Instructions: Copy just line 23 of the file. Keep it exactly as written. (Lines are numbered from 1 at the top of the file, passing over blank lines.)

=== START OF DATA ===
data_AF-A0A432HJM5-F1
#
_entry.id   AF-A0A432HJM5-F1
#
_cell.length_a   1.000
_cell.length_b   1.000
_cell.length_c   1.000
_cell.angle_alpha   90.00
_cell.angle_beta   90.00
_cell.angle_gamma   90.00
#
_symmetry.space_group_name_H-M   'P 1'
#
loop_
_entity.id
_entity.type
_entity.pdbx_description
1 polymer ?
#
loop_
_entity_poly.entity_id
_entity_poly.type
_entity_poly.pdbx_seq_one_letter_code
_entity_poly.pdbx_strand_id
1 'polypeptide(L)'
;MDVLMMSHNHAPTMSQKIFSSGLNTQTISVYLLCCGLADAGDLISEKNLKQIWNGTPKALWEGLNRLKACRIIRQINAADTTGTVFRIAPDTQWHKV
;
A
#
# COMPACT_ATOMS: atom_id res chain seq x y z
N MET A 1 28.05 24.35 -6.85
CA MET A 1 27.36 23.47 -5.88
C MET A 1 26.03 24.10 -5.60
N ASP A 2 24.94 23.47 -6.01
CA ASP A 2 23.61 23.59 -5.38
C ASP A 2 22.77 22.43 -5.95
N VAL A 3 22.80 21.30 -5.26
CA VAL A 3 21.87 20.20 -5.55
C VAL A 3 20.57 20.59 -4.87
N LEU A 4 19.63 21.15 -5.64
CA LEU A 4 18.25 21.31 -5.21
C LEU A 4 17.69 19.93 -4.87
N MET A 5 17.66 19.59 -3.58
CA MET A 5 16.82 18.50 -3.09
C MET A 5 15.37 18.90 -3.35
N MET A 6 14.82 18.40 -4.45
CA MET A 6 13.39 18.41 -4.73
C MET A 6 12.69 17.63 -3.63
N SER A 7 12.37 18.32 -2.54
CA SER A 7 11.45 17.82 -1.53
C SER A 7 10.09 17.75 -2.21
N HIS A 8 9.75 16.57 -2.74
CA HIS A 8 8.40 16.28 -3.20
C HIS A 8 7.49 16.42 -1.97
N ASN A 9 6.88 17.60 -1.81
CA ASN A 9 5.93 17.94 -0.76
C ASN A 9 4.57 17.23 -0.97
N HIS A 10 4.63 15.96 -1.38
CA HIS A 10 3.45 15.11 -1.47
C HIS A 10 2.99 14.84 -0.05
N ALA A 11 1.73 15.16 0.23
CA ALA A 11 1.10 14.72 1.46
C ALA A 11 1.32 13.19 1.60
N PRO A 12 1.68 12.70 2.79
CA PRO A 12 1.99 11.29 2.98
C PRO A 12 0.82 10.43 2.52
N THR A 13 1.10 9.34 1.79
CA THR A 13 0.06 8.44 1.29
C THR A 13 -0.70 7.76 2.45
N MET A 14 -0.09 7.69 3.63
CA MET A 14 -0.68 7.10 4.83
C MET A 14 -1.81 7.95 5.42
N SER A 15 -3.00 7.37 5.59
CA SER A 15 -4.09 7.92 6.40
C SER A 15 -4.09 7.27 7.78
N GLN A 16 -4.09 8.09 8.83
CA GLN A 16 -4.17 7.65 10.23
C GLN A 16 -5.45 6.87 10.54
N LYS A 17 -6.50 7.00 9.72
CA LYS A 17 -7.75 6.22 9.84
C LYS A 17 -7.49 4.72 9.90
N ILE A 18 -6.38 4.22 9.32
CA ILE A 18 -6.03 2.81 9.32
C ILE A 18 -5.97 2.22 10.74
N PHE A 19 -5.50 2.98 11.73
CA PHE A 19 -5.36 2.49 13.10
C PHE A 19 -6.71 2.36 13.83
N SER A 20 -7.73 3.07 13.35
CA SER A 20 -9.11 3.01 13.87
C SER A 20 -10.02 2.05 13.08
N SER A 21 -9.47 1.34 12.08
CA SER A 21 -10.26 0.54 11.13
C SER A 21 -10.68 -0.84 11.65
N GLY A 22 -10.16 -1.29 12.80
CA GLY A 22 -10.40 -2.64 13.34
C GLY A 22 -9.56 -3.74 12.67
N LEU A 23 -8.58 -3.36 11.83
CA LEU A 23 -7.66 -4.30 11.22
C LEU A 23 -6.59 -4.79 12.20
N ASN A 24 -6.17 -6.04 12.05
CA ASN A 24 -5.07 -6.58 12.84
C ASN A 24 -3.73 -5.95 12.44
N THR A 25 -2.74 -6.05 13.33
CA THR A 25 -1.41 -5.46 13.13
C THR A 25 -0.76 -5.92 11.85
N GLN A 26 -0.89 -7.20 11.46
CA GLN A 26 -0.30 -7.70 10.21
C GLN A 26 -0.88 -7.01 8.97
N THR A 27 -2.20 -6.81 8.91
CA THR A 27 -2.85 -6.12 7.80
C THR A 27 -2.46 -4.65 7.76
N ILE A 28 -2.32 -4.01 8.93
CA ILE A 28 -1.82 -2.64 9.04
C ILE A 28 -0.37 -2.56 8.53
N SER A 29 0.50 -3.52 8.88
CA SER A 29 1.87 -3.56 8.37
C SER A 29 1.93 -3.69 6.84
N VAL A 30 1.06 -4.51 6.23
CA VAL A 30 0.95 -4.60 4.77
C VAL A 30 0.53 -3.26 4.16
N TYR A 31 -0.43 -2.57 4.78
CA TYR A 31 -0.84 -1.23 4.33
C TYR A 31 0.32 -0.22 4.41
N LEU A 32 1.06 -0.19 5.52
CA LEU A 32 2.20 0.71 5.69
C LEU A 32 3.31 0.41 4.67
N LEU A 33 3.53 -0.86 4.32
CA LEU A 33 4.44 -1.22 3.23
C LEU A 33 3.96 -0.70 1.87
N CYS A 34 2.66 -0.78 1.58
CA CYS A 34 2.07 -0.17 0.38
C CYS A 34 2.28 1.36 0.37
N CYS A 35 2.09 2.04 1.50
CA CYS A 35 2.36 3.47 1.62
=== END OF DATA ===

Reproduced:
_entity_poly.pdbx_seq_one_letter_code